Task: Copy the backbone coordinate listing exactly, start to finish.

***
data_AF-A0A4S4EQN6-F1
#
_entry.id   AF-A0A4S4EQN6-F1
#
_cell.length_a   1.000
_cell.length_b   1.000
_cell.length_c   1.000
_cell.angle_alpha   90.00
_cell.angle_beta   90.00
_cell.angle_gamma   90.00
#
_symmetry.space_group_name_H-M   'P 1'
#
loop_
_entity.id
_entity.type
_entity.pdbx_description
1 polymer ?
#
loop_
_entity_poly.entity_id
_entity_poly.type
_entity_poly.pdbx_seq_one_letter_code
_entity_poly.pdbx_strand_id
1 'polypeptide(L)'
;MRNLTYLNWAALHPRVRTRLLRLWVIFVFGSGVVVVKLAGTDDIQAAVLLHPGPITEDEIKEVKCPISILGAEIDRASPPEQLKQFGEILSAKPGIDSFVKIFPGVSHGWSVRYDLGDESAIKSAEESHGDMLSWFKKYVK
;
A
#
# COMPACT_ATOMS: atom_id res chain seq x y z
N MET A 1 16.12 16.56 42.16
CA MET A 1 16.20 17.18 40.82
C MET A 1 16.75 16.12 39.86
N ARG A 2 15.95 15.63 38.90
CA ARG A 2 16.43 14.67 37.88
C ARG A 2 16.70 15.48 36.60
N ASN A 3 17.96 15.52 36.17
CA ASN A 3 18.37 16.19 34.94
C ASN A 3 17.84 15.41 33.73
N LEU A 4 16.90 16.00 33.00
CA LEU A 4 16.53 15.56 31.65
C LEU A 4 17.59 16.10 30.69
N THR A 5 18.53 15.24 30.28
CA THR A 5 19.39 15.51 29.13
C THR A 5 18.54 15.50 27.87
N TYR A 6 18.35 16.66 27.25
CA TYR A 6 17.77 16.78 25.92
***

data_AF-A0A4S4EQN6-F1
#
_entry.id   AF-A0A4S4EQN6-F1
#
_cell.length_a   1.000
_cell.length_b   1.000
_cell.length_c   1.000
_cell.angle_alpha   90.00
_cell.angle_beta   90.00
_cell.angle_gamma   90.00
#
_symmetry.space_group_name_H-M   'P 1'
#
loop_
_entity.id
_entity.type
_entity.pdbx_description
1 polymer ?
#
loop_
_entity_poly.entity_id
_entity_poly.type
_entity_poly.pdbx_seq_one_letter_code
_entity_poly.pdbx_strand_id
1 'polypeptide(L)'
;MRNLTYLNWAALHPRVRTRLLRLWVIFVFGSGVVVVKLAGTDDIQAAVLLHPGPITEDEIKEVKCPISILGAEIDRASPPEQLKQFGEILSAKPGIDSFVKIFPGVSHGWSVRYDLGDESAIKSAEESHGDMLSWFKKYVK
;
A
#
# COMPACT_ATOMS: atom_id res chain seq x y z
N MET A 1 16.12 16.56 42.16
CA MET A 1 16.20 17.18 40.82
C MET A 1 16.75 16.12 39.86
N ARG A 2 15.95 15.63 38.90
CA ARG A 2 16.43 14.67 37.88
C ARG A 2 16.70 15.48 36.60
N ASN A 3 17.96 15.52 36.17
CA ASN A 3 18.37 16.19 34.94
C ASN A 3 17.84 15.41 33.73
N LEU A 4 16.90 16.00 33.00
CA LEU A 4 16.53 15.56 31.65
C LEU A 4 17.59 16.10 30.69
N THR A 5 18.53 15.24 30.28
CA THR A 5 19.39 15.51 29.13
C THR A 5 18.54 15.50 27.87
N TYR A 6 18.35 16.66 27.25
CA TYR A 6 17.77 16.78 25.92